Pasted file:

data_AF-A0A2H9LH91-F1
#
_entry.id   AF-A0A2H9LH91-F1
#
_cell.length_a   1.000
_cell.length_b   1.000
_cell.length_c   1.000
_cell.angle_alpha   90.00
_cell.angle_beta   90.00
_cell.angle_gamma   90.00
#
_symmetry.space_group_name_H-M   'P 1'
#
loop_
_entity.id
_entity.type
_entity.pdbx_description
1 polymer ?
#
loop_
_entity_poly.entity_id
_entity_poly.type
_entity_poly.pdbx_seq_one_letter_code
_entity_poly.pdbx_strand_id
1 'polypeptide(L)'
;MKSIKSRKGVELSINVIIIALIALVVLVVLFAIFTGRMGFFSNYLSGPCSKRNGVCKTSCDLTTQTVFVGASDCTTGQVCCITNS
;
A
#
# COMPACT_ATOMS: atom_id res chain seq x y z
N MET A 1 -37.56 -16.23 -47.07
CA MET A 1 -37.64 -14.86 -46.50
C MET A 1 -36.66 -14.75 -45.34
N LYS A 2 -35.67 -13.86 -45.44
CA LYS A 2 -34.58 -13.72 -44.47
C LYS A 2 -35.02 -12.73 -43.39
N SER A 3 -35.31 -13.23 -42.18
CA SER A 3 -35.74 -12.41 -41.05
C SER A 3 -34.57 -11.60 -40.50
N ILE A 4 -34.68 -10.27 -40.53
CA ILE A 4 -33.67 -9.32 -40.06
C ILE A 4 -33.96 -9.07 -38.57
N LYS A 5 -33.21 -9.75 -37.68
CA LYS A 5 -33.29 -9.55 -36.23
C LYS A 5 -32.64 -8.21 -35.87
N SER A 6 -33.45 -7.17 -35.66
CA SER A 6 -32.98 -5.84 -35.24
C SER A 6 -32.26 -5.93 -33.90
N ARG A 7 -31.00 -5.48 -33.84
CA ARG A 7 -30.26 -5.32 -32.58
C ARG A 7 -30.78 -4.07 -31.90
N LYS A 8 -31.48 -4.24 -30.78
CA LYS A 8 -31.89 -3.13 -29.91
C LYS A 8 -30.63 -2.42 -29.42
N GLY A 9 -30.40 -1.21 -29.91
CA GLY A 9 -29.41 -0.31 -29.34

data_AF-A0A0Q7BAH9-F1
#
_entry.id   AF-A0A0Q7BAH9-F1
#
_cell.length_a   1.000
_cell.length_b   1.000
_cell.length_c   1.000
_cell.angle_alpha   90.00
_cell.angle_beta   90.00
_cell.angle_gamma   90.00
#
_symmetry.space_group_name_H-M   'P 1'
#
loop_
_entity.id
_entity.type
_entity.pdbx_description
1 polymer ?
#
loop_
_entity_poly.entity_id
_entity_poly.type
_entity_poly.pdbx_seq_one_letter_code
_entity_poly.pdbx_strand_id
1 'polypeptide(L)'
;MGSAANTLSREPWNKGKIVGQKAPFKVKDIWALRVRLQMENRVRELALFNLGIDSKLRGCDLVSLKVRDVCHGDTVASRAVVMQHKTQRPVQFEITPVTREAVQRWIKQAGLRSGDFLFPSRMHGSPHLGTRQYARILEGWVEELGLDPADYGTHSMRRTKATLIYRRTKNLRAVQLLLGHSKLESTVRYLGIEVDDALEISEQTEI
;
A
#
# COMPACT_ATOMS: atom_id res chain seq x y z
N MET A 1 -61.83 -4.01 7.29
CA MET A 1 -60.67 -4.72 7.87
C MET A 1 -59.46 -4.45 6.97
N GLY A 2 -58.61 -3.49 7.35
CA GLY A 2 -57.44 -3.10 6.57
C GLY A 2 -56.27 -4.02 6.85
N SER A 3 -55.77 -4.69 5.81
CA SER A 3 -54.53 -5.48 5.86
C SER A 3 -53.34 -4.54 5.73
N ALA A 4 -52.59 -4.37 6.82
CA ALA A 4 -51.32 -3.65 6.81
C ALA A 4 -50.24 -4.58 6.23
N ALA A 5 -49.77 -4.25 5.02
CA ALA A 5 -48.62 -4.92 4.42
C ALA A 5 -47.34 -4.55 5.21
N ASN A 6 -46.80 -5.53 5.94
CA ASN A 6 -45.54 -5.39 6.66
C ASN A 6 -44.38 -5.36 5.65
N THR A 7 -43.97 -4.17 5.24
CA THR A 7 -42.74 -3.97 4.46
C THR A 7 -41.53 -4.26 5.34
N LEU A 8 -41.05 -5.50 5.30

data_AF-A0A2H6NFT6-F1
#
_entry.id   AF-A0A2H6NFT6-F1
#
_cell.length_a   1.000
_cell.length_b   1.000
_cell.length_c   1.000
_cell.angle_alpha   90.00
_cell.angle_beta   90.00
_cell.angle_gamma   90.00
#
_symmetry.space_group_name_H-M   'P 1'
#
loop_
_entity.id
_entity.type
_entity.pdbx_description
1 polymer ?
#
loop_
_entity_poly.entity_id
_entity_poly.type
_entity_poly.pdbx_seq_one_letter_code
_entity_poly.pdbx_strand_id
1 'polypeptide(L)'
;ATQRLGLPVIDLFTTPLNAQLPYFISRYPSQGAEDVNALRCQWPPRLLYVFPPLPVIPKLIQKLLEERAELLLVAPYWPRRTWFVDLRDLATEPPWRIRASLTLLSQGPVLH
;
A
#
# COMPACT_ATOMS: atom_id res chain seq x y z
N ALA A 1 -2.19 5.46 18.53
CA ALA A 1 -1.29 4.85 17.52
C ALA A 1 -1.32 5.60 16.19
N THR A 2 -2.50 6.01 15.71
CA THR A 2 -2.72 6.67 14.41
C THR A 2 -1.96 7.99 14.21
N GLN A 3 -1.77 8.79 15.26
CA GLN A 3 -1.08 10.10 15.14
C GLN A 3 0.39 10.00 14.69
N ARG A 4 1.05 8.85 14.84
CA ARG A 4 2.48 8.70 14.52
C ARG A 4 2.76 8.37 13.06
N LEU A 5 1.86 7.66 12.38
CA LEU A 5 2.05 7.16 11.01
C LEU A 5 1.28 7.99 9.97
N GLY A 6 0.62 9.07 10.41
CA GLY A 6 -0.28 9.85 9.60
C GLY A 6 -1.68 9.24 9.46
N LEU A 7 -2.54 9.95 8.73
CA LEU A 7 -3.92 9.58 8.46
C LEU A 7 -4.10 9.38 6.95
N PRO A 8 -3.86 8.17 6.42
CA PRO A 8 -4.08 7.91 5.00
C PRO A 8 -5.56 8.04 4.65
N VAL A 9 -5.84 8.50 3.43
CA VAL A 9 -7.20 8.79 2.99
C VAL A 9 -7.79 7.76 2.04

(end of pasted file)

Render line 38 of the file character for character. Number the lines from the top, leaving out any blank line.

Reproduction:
CA SER A 3 -35.74 -12.41 -41.05